Before any of the timber documentation will make sense, you’ll need to understand some of the core concepts and terminology.
Some concepts are only important if you’re using the timber logging backend.
Timber draws a clear distinction between code that generates log entries (using the timber API) and code that processes those log entries (using the timber backend). API consumers generally don’t know or care about the specifics of how entries are processed. That is determined solely by the application.
Timber is broken down into a number of individual jars that each provide a subset of its overall functionality. This is to allow for more flexibility at run time and a cleaner internal architecture. You should depend only on the jars that you need for your specific use case.
||provides the timber logging API for generating timber entries|
||provides the backend for processing timber entries (writing to files and log services)|
||bridges timber entries to an slf4j backend|
||bridges slf4j entries to the timber backend|
||provides support for using custom logback implementations with timber|
Any code that logs using the timber API must depend on
timber-api. Any application that uses the timber backend
must depend on
timber-backend. The other jars provided by timber are used to integrate with other logging systems.
A given process normally uses a single logging backend, chosen by the application developer. This makes it so that there is a single logging configuration that (often) writes to a single application log file. Given that most applications take advantage of third-party libraries (written by different developers using different logging APIs), some bridging is required to get entries from those APIs to the selected logging backend. Timber is no different. If you choose the timber backend, you may want to include some bridging jars to collect the entries generated by libraries using other logging APIs.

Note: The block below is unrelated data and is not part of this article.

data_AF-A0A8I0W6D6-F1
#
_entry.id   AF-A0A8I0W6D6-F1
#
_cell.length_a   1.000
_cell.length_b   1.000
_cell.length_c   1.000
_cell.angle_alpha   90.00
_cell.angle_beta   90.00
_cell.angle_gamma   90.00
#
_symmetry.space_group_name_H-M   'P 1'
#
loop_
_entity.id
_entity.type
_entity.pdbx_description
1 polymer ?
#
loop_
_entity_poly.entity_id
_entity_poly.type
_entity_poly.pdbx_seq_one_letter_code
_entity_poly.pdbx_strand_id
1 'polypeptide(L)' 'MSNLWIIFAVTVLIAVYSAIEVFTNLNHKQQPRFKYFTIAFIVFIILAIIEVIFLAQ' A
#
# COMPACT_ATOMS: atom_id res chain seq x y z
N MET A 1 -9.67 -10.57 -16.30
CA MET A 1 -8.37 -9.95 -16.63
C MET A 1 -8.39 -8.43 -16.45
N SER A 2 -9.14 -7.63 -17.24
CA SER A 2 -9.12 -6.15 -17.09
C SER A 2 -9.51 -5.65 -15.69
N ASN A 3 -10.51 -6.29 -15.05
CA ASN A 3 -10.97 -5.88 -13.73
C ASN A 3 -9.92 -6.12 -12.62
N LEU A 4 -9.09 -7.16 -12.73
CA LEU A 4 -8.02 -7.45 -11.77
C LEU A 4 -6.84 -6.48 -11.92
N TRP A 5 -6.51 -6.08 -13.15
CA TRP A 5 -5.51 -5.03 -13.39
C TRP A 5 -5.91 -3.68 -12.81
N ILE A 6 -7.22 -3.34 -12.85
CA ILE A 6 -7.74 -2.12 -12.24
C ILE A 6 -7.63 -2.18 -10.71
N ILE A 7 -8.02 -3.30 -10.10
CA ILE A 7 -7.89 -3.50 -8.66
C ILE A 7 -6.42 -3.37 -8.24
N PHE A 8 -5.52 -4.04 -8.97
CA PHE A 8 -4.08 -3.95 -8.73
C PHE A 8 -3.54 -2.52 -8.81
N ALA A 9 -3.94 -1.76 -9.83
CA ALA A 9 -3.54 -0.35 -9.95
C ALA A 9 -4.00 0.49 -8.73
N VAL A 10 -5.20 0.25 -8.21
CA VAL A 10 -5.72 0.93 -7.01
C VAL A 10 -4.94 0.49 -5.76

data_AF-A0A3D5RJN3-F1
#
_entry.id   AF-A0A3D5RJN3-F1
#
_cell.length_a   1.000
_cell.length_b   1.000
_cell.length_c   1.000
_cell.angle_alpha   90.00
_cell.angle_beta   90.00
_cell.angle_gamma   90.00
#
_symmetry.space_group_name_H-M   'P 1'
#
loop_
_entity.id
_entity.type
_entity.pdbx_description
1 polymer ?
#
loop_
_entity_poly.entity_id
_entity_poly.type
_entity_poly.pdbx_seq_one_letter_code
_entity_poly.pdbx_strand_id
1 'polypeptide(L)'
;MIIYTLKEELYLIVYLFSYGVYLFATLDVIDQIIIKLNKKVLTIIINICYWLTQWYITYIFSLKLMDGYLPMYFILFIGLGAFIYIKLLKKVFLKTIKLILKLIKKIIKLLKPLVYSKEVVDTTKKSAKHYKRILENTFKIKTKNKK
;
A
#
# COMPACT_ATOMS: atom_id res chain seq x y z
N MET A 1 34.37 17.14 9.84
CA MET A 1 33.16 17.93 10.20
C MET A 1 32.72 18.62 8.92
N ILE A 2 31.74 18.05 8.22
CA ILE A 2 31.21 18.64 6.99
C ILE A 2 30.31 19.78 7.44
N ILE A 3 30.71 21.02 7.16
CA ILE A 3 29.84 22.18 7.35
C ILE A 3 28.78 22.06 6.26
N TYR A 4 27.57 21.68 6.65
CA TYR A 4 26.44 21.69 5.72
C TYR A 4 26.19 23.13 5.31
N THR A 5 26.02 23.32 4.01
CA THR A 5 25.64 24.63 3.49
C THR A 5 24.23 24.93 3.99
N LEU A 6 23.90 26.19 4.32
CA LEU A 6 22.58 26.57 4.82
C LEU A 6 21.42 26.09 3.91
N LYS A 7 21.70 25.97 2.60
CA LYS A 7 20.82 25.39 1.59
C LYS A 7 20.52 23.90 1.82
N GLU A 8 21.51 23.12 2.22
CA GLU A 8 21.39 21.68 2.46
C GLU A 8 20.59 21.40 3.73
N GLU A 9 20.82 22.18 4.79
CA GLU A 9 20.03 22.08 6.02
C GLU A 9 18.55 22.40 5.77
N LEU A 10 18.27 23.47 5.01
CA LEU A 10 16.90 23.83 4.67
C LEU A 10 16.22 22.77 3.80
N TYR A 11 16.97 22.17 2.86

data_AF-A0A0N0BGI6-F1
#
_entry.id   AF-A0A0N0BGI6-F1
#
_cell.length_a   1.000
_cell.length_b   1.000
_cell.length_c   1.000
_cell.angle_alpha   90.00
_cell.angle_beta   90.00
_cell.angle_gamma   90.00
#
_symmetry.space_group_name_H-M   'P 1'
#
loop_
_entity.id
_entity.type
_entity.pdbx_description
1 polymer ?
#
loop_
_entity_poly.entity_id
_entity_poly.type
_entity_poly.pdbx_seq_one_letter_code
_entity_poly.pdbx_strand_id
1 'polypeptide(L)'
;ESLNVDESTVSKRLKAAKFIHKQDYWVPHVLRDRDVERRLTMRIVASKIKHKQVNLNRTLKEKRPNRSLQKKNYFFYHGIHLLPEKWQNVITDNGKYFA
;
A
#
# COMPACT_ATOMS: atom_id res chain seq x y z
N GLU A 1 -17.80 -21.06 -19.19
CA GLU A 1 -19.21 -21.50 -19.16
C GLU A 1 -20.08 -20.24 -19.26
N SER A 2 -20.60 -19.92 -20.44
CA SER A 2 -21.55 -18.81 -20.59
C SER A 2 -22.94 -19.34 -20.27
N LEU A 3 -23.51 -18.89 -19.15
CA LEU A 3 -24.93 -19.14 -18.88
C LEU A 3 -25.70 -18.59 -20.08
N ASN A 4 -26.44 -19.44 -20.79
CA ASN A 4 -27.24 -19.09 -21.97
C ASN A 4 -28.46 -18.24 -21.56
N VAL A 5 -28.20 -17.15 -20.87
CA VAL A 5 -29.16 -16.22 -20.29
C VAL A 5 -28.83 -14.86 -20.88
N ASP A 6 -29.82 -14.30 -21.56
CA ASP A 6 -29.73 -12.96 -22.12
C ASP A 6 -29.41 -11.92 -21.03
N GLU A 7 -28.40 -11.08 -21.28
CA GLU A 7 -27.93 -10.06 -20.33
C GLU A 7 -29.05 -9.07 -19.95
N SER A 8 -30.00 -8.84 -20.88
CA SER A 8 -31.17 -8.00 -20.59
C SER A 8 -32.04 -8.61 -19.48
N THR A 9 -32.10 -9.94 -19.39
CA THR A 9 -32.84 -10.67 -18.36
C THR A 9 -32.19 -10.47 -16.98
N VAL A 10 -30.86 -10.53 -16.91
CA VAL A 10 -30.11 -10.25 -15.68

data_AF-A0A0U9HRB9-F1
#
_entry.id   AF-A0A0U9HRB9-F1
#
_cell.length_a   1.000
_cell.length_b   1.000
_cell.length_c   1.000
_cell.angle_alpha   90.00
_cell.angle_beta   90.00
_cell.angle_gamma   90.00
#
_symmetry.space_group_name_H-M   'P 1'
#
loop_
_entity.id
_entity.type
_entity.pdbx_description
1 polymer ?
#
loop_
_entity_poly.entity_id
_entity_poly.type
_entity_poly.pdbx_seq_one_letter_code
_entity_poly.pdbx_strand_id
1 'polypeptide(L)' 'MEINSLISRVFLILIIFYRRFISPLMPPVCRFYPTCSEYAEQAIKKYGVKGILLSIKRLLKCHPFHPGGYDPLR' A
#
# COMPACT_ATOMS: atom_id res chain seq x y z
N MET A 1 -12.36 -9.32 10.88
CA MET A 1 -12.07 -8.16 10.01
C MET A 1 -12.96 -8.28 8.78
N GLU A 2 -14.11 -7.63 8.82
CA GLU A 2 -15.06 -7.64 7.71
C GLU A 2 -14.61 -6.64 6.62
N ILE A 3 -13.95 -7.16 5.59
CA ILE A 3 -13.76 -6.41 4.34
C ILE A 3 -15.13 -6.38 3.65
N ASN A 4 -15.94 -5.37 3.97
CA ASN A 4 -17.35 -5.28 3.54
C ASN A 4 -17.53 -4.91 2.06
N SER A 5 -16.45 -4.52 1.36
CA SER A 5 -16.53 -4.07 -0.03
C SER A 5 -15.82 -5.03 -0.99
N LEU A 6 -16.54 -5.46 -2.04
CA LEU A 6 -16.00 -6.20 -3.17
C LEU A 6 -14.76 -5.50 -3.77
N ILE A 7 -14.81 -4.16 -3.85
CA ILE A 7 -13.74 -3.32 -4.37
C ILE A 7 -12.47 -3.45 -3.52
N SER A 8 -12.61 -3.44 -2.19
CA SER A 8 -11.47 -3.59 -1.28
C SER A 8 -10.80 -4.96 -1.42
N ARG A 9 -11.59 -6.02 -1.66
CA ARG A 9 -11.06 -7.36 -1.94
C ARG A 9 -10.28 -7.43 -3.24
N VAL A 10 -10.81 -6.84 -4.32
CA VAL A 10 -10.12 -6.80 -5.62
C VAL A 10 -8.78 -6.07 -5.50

The main bridges provided by timber are to and from slf4j which itself provides several bridges to other logging systems). This allows timber to collect entries from many popular logging APIs. It perfectly acceptable to include both the timber bridge for slf4j and one or more of the other bridges at the same time. The only restriction is that you can’t include more than one backend for any given logging system. If you do this, you’ll probably get an error from that logging system.
The following table lists the jars that you need to include to gather entries generated by various logging APIs
Depending on the number of libraries you’re using, your application may match mutiple rows in the table above with the same backend. In that case, you’ll need to add the jars from all the rows.
If you have a library that uses the timber logging API as part of an application that’s using an slf4j-compatible
logging backend, you need to include the dependency
timber-over-slf4j. This jar will bridge all timber entries
into the slf4j system. You can’t use both this jar and the
timber-backend jar simultaneously since they both
provide a timber backend. Doing so doesn’t really make sense anyway, since you normally only want to use one
In general, unless you’re delivering an application, you shouldn’t depend on any timber jar except
Doing so means that you’re tying your application to a specific logging backend and that will frustrate anyone
trying to use your library. If you’re creating a library and you find yourself wanting to use a definition from
timber-backend (or any of the other jars), you’re probably doing something wrong.